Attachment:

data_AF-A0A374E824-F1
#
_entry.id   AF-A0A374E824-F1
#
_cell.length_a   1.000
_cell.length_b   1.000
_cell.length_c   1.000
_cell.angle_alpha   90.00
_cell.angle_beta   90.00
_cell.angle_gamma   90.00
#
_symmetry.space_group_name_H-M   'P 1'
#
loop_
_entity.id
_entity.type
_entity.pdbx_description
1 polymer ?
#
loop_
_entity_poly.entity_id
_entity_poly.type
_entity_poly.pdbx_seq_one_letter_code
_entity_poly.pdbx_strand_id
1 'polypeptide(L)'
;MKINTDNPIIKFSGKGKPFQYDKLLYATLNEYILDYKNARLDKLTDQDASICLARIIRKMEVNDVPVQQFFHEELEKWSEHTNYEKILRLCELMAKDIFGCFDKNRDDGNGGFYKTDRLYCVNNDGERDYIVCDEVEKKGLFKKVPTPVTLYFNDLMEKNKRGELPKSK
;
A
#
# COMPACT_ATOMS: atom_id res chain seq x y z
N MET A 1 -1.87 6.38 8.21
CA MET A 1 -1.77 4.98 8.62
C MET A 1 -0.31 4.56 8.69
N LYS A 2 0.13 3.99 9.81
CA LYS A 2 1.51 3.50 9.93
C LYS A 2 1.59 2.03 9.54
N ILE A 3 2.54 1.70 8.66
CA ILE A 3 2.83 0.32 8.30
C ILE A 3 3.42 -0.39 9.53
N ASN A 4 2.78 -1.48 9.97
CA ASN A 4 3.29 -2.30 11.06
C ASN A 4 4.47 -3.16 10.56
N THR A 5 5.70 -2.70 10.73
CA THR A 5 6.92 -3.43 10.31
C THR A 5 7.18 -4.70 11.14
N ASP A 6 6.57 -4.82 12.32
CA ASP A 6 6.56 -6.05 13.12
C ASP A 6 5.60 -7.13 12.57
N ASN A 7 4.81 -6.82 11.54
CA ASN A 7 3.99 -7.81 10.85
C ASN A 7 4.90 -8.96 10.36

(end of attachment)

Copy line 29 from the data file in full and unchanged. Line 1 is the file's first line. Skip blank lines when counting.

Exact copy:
#